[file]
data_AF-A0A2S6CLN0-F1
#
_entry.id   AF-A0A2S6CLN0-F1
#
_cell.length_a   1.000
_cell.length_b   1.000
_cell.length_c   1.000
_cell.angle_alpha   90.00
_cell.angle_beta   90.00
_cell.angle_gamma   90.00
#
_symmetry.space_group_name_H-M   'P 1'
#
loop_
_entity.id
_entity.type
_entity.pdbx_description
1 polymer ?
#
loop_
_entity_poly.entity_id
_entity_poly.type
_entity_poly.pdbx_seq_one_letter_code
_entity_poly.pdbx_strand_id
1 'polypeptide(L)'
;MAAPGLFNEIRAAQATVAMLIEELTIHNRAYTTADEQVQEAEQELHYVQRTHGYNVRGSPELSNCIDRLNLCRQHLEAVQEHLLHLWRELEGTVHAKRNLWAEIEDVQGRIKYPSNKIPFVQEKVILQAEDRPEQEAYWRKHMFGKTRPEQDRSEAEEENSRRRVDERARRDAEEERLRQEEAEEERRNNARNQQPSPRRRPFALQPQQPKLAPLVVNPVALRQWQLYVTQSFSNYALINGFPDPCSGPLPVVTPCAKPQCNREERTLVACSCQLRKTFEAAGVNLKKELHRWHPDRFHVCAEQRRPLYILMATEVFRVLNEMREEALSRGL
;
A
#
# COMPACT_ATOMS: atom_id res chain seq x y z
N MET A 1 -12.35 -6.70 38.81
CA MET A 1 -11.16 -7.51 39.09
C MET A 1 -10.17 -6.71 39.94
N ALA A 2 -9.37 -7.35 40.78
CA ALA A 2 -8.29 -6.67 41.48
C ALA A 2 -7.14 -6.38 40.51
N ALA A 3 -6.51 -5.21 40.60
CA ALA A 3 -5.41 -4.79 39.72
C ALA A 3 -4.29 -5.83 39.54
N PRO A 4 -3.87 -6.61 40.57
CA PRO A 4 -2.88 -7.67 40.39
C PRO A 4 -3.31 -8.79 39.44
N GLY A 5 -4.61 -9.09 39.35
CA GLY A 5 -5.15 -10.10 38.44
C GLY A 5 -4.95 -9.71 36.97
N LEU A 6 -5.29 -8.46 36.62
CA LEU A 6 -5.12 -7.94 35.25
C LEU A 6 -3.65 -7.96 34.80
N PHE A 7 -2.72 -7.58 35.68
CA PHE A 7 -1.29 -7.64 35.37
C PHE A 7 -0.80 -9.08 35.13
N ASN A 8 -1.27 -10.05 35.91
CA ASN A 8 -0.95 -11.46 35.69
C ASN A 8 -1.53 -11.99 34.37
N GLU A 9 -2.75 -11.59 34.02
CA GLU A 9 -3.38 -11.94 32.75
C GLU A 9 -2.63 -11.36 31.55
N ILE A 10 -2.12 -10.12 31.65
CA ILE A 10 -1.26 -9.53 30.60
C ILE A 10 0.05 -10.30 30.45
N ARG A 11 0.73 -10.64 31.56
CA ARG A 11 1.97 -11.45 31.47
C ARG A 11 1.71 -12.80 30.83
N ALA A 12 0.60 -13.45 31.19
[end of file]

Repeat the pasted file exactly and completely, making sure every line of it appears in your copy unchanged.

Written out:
data_AF-A0A2S6CLN0-F1
#
_entry.id   AF-A0A2S6CLN0-F1
#
_cell.length_a   1.000
_cell.length_b   1.000
_cell.length_c   1.000
_cell.angle_alpha   90.00
_cell.angle_beta   90.00
_cell.angle_gamma   90.00
#
_symmetry.space_group_name_H-M   'P 1'
#
loop_
_entity.id
_entity.type
_entity.pdbx_description
1 polymer ?
#
loop_
_entity_poly.entity_id
_entity_poly.type
_entity_poly.pdbx_seq_one_letter_code
_entity_poly.pdbx_strand_id
1 'polypeptide(L)'
;MAAPGLFNEIRAAQATVAMLIEELTIHNRAYTTADEQVQEAEQELHYVQRTHGYNVRGSPELSNCIDRLNLCRQHLEAVQEHLLHLWRELEGTVHAKRNLWAEIEDVQGRIKYPSNKIPFVQEKVILQAEDRPEQEAYWRKHMFGKTRPEQDRSEAEEENSRRRVDERARRDAEEERLRQEEAEEERRNNARNQQPSPRRRPFALQPQQPKLAPLVVNPVALRQWQLYVTQSFSNYALINGFPDPCSGPLPVVTPCAKPQCNREERTLVACSCQLRKTFEAAGVNLKKELHRWHPDRFHVCAEQRRPLYILMATEVFRVLNEMREEALSRGL
;
A
#
# COMPACT_ATOMS: atom_id res chain seq x y z
N MET A 1 -12.35 -6.70 38.81
CA MET A 1 -11.16 -7.51 39.09
C MET A 1 -10.17 -6.71 39.94
N ALA A 2 -9.37 -7.35 40.78
CA ALA A 2 -8.29 -6.67 41.48
C ALA A 2 -7.14 -6.38 40.51
N ALA A 3 -6.51 -5.21 40.60
CA ALA A 3 -5.41 -4.79 39.72
C ALA A 3 -4.29 -5.83 39.54
N PRO A 4 -3.87 -6.61 40.57
CA PRO A 4 -2.88 -7.67 40.39
C PRO A 4 -3.31 -8.79 39.44
N GLY A 5 -4.61 -9.09 39.35
CA GLY A 5 -5.15 -10.10 38.44
C GLY A 5 -4.95 -9.71 36.97
N LEU A 6 -5.29 -8.46 36.62
CA LEU A 6 -5.12 -7.94 35.25
C LEU A 6 -3.65 -7.96 34.80
N PHE A 7 -2.72 -7.58 35.68
CA PHE A 7 -1.29 -7.64 35.37
C PHE A 7 -0.80 -9.08 35.13
N ASN A 8 -1.27 -10.05 35.91
CA ASN A 8 -0.95 -11.46 35.69
C ASN A 8 -1.53 -11.99 34.37
N GLU A 9 -2.75 -11.59 34.02
CA GLU A 9 -3.38 -11.94 32.75
C GLU A 9 -2.63 -11.36 31.55
N ILE A 10 -2.12 -10.12 31.65
CA ILE A 10 -1.26 -9.53 30.60
C ILE A 10 0.05 -10.30 30.45
N ARG A 11 0.73 -10.64 31.56
CA ARG A 11 1.97 -11.45 31.47
C ARG A 11 1.71 -12.80 30.83
N ALA A 12 0.60 -13.45 31.19